Stenorhynchus seticornisyellowline arrow crab

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Geographic Range

Atlantic Ocean: Stenorhynchus seticornis, more commonly known as the yellowline arrow crab, is most commonly found along the coral reefs of the Caribbean, in the Atlantic Ocean. In North America, this area includes the coral reefs that run along Florida and Texas.

Habitat

The yellowline arrow crab lives on coral reefs between depths of 10 and 30 feet (Humann 1992).

  • Aquatic Biomes
  • reef

Physical Description

The yellowline arrow crab, on average, is 3 to 6 centimeters in length.

What makes the yellowline arrow crabs unusual is their long, spider-like legs, and and extremely pointed head. The eight legs are extremely long, more than three times the length of their body, and resemble the legs of a daddy long-legs spider. The entire body of the yellowline arrow crab is a medium golden brown in color. Along the dorsal side of the crab's body are stripes that are white, brown, or gold depending on the individual crab. The tips of their legs are a deep violet in color. As crabs grow, they occasionally shed their exoskeleton. The new skin hardens with calcium carbonate, obtained from sea water and by ingesting the old shell (Humann 1992, and Snyderman and Wiseman 1996).

Reproduction

During mating, a male yellowline arrow crab holds the female against his belly to deposit a sperm packet into the female crab. A female yellowline arrow crab then carries her eggs under her abdomen until they are ready to hatch. The young crabs that emerge are called zoea. They are called zoea only during the larval stage of growth. During this time the zoea are transparent, have a rounded body, and swim towards the surface of the sea They live in open water, feeding on small plankton. The zoea grows and molts the old skin by replacing it with the new skin. Eventually the larval crab emerges from the molt in a new stage, called a megalops. During this stage of growth the body and limbs finally start to look more crab-like in form, though the abdomen has still not folded up. The yellowline arrow crab will continue to shed, replacing their exoskeleton, and will eventually grow to look like any other adult yellowline arrow crab. The reproduction cycle can then begin again (Olhausen and Russo 1981, and Anonymous 2000).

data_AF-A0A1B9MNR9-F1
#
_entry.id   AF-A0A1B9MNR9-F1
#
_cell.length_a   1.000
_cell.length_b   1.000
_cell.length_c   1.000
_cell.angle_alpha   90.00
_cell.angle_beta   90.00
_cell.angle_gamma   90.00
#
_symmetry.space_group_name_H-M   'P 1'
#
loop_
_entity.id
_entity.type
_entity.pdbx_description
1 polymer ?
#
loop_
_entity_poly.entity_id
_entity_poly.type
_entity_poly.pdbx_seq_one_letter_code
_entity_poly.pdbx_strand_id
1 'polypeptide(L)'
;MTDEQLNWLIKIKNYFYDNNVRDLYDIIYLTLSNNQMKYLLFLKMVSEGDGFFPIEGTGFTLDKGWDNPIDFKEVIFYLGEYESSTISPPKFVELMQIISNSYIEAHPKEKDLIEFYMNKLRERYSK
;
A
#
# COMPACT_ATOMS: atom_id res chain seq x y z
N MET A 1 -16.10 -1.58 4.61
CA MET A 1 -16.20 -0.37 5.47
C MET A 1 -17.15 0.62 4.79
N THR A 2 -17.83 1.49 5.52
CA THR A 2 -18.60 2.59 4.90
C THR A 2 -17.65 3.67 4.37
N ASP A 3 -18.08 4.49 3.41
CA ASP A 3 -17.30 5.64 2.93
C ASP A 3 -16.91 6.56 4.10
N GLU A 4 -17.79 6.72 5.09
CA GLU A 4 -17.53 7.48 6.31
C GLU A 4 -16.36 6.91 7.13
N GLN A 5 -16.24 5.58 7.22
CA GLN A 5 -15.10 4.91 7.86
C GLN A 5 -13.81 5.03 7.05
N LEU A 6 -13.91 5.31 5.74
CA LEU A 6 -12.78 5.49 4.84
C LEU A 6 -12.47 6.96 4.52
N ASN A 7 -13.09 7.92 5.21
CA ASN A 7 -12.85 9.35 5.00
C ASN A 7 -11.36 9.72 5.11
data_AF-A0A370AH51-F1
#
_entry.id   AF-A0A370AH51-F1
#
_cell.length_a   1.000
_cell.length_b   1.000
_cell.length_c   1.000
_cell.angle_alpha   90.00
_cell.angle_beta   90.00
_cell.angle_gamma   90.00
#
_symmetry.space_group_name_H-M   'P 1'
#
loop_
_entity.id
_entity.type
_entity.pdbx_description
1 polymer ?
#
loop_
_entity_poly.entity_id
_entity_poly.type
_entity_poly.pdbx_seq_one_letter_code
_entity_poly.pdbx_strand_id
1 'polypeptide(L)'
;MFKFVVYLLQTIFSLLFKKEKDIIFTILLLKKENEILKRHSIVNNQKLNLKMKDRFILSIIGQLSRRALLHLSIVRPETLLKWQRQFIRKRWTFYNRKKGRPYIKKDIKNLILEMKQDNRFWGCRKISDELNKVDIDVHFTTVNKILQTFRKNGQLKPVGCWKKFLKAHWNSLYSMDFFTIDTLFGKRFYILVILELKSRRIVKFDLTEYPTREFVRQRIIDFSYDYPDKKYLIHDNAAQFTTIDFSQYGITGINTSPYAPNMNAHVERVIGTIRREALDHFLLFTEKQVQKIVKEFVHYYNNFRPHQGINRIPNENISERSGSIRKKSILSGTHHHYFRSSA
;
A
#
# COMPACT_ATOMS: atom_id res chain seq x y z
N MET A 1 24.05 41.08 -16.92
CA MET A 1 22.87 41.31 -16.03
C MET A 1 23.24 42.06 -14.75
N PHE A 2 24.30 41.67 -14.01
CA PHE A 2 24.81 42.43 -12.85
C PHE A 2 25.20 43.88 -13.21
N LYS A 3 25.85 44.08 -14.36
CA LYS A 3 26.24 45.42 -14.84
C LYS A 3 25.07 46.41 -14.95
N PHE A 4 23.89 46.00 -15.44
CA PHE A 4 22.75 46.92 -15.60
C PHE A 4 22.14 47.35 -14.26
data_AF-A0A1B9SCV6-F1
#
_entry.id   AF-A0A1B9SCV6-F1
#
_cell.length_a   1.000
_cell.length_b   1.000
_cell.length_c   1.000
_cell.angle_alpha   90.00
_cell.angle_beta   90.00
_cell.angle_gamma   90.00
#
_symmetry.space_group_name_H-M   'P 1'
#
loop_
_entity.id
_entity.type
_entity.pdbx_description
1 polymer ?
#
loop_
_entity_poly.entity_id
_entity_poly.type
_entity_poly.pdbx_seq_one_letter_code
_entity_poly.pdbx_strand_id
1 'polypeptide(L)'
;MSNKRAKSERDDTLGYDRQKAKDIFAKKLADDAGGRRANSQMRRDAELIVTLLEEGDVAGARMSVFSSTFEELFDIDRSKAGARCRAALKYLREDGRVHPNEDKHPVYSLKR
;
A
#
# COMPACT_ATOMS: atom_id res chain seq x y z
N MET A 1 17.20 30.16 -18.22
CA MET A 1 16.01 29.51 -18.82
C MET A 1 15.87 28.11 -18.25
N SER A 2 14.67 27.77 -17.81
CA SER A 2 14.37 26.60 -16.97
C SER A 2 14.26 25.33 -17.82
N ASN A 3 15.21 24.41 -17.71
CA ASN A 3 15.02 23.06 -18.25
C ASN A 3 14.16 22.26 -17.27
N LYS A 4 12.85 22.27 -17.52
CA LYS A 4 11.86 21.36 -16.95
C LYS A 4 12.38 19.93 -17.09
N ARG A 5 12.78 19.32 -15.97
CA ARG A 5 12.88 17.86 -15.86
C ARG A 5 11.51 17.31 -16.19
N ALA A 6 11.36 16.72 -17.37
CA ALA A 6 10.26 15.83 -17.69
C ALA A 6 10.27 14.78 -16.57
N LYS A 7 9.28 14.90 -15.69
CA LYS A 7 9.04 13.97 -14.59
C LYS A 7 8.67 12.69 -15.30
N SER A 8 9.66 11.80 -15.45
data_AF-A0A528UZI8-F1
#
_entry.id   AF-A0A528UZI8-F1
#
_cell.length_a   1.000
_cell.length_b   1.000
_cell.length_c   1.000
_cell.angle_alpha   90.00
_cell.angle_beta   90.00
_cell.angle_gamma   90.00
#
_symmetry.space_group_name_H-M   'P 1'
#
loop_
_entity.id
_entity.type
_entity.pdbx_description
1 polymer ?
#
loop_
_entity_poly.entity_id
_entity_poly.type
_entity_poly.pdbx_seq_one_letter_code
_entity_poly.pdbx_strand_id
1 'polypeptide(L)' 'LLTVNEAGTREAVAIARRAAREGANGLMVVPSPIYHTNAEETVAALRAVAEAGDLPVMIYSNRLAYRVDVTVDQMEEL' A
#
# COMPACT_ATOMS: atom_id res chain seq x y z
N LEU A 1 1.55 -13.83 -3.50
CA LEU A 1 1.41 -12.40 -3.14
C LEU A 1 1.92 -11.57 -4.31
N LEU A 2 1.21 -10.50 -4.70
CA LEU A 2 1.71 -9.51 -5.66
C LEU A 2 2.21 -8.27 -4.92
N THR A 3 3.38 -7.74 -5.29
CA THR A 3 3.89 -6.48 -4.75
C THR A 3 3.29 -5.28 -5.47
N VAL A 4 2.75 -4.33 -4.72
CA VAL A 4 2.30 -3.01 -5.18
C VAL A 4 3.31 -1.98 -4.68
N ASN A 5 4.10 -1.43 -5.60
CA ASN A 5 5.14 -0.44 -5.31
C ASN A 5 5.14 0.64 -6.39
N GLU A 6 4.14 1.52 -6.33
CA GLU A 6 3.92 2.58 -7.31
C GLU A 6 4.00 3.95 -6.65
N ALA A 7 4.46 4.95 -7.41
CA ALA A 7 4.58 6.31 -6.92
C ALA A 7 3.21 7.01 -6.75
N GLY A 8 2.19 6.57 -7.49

Behavior

The best time to see a yellowline arrow crab is during the night. During the day, the crab tends to hide under ledges, sea fans, and on sponges. But at night, this crab comes alive. This is the time when yellowline arrow crabs do most of their scavenging. These crabs do not feel threatened by divers in the least. However, when it comes to other species of the sea, they tend to not be as friendly and can be extremely territorial.

Yellowline arrow crabs are rather interesting to watch. Their long legs are what make them such an interesting sight. The divers that have seen the yellowline arrow crab say that the crab walks with much grace but at the same time they look comical as they maneuver. Being such a unique species of crabs, the yellowline arrow crab is notorious for getting its picture taken (Ehrengruber 1999, Synderman and Wiseman 1996).

Food Habits

The yellowline arrow crab is mainly a nocturnal scavenger, but is also occasionally carnivorous, preying on small feather duster worms and other tiny animals of the coral reefs (Snyderman and Wiseman 1996, and Hauter 2000).

Economic Importance for Humans: Positive

None reported

Economic Importance for Humans: Negative

None reported

Other Comments

Sometimes kept as scavengers in salt water aquaria. The yellowline arrow crab eats many of the smaller particles that might be found in an aquarium. Territorial behavior usually prevents more than one crab from flourishing in a tank. They work well with other species, but not usually with their own.

Contributors

Melissa Block (author), Fresno City College, Shirley Porteous-Gafford (editor), Fresno City College.

Glossary

Atlantic Ocean

the body of water between Africa, Europe, the southern ocean (above 60 degrees south latitude), and the western hemisphere. It is the second largest ocean in the world after the Pacific Ocean.

World Map

bilateral symmetry

having body symmetry such that the animal can be divided in one plane into two mirror-image halves. Animals with bilateral symmetry have dorsal and ventral sides, as well as anterior and posterior ends. Synapomorphy of the Bilateria.

ectothermic

animals which must use heat acquired from the environment and behavioral adaptations to regulate body temperature

native range

the area in which the animal is naturally found, the region in which it is endemic.

reef

structure produced by the calcium carbonate skeletons of coral polyps (Class Anthozoa). Coral reefs are found in warm, shallow oceans with low nutrient availability. They form the basis for rich communities of other invertebrates, plants, fish, and protists. The polyps live only on the reef surface. Because they depend on symbiotic photosynthetic algae, zooxanthellae, they cannot live where light does not penetrate.

References

Anonymous, 2000. "Crab" (On-line). Accessed November 3, 2000 at http://www.eblast.com/bcom/eb/article/idxref/6/0,5716,497566,00.html.

Hauter, D., S. Hauter. 2000. "About.com-Saltwater Aquariums" (On-line). Accessed 10/20/00 at http://saltaquarium.about.com/pets/saltaquarium/mbody.htm.

Humann, P. 1992. Reef Creature Indentification. New World Publications.

Olhausen, P., R. Russo. 1981. Pacific Intertidal Life. Nature Study Guide.

Snyderman, M., C. Wiseman. 1996. Guide to Marine Life. Aqua Quest Publication.